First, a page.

Controlled Revelation #6: Words Matter

“The Ancient Mariner would not have taken so well if it had been called The Old Sailor.”
Samuel Butler

I confess that I love words.  Every word choice is fraught with possibilities. Whenever I teach a literature class—or, for that matter, whenever I teach any English class—I encourage my students to pay attention to a writer’s word choice.  I encourage my students to ask themselves, “Why did the writer choose that word instead of another one?  What are the consequences of that particular word choice?  What impact does that word choice have on the meaning?  What words does the writer use frequently?   Why?”

I think that you get my point:  words matter.  Pay close attention to them.

Samuel Butler makes the point ever so poignantly in the headnote to today’s post.  Can you imagine Samuel Taylor Coleridge giving his “The Rime of the Ancient Mariner” the title “The Old Sailor”?  Of course, not!  It would be preposterous!  It would be a different poem entirely. (So, we have Ancient instead of Old, and we have Mariner instead of Sailor.  And, while we’re pondering over the poem’s title, we also have Rime instead of Rhyme.  Selecting Rime goes far, far beyond mere metrics.)

But I digress.  What led me to ruminate so was my close reading of The Humourist’s essay of January 15, 1754.  As  I read and read and re-read that essay—just as I read and read and re-read—each of his essays, I had an epiphany of sorts.  I realized that I was mulling over—savoring, if you will—each and every word.

Some of those words captured my fancy more than others.  The single, solitary word from that essay that gained possession of me with greatest satisfaction was the word Records.   In context, the word appears “Records of Drama.”

Records.  “Anything preserving information and constituting a piece of evidence about past events; esp. an account kept in writing or some other permanent form; (also) a document, monument, etc., on which such an account is inscribed” (Oxford English Dictionary, the 4th definition of the noun).

I’m not sure why, but the phrase Records of Drama struck me as unusual, and it still does.  I started asking myself the same questions that I advise my students to ask:   “Why did the writer choose that word instead of another one?  What are the consequences of that particular word choice?  What impact does that word choice have on the meaning?  What words does the writer use frequently?   Why?”

It was in the answering of those questions that my minor epiphany came:  The Humourist uses the word Records (as a noun) with some frequency.  I could recall—though I knew not where—that he had used it in several of his essays.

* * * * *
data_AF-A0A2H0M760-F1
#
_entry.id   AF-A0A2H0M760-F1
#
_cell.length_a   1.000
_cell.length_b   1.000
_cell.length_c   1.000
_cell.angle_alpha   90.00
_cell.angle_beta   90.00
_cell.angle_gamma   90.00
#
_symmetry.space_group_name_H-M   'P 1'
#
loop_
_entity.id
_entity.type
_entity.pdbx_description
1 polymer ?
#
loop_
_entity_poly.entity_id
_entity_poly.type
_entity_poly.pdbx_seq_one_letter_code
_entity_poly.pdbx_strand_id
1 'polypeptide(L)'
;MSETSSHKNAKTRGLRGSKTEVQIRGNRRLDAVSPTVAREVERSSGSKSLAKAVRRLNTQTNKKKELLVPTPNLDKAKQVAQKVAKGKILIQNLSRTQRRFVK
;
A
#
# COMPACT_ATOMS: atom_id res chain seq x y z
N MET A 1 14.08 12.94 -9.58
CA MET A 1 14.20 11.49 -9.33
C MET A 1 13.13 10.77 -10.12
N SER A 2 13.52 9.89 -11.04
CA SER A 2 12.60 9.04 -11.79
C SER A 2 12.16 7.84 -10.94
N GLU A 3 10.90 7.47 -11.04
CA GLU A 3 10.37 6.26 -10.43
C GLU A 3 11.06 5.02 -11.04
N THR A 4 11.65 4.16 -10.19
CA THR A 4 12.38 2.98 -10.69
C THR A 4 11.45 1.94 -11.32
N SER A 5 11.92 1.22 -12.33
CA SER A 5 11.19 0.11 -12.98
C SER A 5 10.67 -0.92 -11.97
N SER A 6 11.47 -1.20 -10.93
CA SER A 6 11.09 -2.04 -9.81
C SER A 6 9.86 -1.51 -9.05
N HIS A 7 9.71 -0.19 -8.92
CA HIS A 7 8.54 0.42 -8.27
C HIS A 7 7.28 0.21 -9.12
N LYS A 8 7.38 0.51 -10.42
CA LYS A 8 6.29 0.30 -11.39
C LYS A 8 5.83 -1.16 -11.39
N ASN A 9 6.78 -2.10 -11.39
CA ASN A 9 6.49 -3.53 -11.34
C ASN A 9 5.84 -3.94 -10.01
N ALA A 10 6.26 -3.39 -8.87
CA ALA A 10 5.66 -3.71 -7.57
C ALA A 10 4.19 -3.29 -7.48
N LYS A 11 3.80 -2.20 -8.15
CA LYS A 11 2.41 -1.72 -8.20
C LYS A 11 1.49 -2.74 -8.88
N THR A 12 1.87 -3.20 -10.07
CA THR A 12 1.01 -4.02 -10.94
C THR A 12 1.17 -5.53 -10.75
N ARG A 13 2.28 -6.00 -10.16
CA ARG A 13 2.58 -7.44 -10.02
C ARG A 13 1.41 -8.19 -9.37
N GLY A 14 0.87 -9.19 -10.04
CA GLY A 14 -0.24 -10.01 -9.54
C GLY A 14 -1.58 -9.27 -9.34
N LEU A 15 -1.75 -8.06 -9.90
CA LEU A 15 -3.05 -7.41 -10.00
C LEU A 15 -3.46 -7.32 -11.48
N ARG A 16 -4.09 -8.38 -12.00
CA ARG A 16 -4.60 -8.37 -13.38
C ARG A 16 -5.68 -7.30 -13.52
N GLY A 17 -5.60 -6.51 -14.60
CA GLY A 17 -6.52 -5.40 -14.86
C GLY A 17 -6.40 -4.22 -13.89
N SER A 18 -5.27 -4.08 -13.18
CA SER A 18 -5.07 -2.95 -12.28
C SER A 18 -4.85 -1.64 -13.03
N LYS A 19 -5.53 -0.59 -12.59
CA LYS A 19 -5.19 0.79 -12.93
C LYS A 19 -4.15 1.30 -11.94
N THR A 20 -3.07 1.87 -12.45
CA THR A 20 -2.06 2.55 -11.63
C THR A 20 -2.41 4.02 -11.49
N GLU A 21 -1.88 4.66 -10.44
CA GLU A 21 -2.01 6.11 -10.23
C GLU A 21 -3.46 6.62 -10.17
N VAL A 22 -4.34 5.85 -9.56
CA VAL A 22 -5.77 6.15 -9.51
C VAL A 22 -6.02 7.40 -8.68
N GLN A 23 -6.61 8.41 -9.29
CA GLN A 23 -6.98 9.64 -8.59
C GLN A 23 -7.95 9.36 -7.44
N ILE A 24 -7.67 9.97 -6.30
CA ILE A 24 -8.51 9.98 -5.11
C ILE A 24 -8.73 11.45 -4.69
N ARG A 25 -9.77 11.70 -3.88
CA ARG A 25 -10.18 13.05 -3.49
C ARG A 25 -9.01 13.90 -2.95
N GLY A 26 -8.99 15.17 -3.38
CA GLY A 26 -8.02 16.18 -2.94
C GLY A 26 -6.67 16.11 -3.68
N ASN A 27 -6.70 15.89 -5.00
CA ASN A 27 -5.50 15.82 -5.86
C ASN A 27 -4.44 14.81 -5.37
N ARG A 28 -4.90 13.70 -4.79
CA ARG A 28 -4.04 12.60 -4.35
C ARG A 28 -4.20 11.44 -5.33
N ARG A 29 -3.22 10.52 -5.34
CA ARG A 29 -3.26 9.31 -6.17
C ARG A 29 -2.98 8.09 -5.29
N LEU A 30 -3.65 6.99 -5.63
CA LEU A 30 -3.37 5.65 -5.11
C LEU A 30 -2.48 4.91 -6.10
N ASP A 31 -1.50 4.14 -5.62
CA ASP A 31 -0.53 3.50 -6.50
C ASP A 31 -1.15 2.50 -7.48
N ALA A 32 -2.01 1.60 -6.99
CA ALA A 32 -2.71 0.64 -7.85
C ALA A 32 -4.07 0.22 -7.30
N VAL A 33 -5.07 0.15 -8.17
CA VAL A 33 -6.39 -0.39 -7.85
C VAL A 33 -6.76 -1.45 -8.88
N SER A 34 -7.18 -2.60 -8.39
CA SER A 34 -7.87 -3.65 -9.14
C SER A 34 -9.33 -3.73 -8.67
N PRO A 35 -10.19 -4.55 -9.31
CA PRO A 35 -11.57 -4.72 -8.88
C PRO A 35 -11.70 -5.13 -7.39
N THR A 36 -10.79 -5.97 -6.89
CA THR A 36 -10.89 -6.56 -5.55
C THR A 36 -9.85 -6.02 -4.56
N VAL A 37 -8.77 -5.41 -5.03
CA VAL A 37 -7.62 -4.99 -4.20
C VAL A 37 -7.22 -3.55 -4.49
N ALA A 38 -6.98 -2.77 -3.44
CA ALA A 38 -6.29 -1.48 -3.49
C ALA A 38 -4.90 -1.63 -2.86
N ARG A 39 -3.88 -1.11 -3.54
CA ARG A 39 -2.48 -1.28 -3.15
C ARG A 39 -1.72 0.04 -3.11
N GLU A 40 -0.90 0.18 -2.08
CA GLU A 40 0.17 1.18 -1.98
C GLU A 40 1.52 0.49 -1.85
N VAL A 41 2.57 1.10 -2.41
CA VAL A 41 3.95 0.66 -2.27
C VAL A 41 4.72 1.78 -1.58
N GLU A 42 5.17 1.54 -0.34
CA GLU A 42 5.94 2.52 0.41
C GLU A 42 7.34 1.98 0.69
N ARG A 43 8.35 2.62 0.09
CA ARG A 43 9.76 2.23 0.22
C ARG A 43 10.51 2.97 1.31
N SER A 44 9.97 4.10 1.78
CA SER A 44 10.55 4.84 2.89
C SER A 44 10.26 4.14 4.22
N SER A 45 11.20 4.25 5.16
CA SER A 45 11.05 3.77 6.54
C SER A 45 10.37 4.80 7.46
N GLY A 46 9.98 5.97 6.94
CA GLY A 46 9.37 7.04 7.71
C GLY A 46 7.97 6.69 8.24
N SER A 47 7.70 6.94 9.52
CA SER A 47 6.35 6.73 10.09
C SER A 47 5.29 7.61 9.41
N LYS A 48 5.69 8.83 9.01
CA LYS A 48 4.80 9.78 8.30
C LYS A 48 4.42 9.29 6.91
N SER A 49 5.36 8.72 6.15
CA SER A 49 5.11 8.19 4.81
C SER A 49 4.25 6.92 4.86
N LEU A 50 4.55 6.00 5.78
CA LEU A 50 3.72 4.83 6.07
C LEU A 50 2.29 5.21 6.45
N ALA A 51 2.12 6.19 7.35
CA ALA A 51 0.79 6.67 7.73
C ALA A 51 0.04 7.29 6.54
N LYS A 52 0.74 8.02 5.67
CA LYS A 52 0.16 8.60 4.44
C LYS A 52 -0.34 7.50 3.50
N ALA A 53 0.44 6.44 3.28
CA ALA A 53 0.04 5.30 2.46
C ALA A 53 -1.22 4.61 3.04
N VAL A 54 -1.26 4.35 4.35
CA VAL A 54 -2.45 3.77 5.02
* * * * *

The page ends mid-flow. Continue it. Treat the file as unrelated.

So, I set about the task of re-reading—well, actually, skimming and scanning—all of the essays to see if my recollection served me well.

Indeed it did.

In his December 10, 1753, essay The Humourist comments:  “Search the records of old time.”  (Note, too, that he follows that with “and look into the annals of the present.”  RecordsAnnals.  How similar,  I need to ferret out Annals as well.)

Then in his January 1, 1754, essay we find, “These Gifts create a most happy Emulation amongst the juvenile part of Mankind, and are so many Records of Friendship for the Fathers and the Grandfathers to transmit to Posterity.”

And, as we have seen already, he uses the phrase “Records of drama”  in the essay that we are exploring today.

While I am reluctant to ascribe too great a significance to one mere word, it strikes me that The Humourist’s use of the noun Records strengthens the appellation that I gave him in my Controlled Revelation # 1.  The Humourist is a Historian.

My goodness!  One word has led me—and you—all over the place.  Note, however, that it is exactly this kind of close reading that fosters and enables greater understanding and greater appreciation of any passage.

What else did I discover as I gave The Humourist’s January 15, 1754, essay a close reading?  Aside from confirming my notion that The Humourist is a historian, it confirms as well that The Humourist is well versed in drama.   Indeed this essay stands as perhaps the earliest essay in American Literature to exalt positive impact that tragedy has on mankind.

Thus we have still another confirmation of an earlier claim:  The Humourist is a lover of literature with a preference for drama.

Finally, this essay confirms The Humourist’s interest in and knowledge of painting:  “nothing discovering that close Connexion between Poets and Painters more graphically, than the different Peinture they excel in, the one in the outward Lineaments of the Face and Body, the other in the inward Temperament of the Mind.”

Now, I going to take up the task of perusing The Humourist’s essays for the word Annals!  (As I searched for Records, I discovered something that I had not quite noticed before:  nearly every essay touches upon poetry and drama.)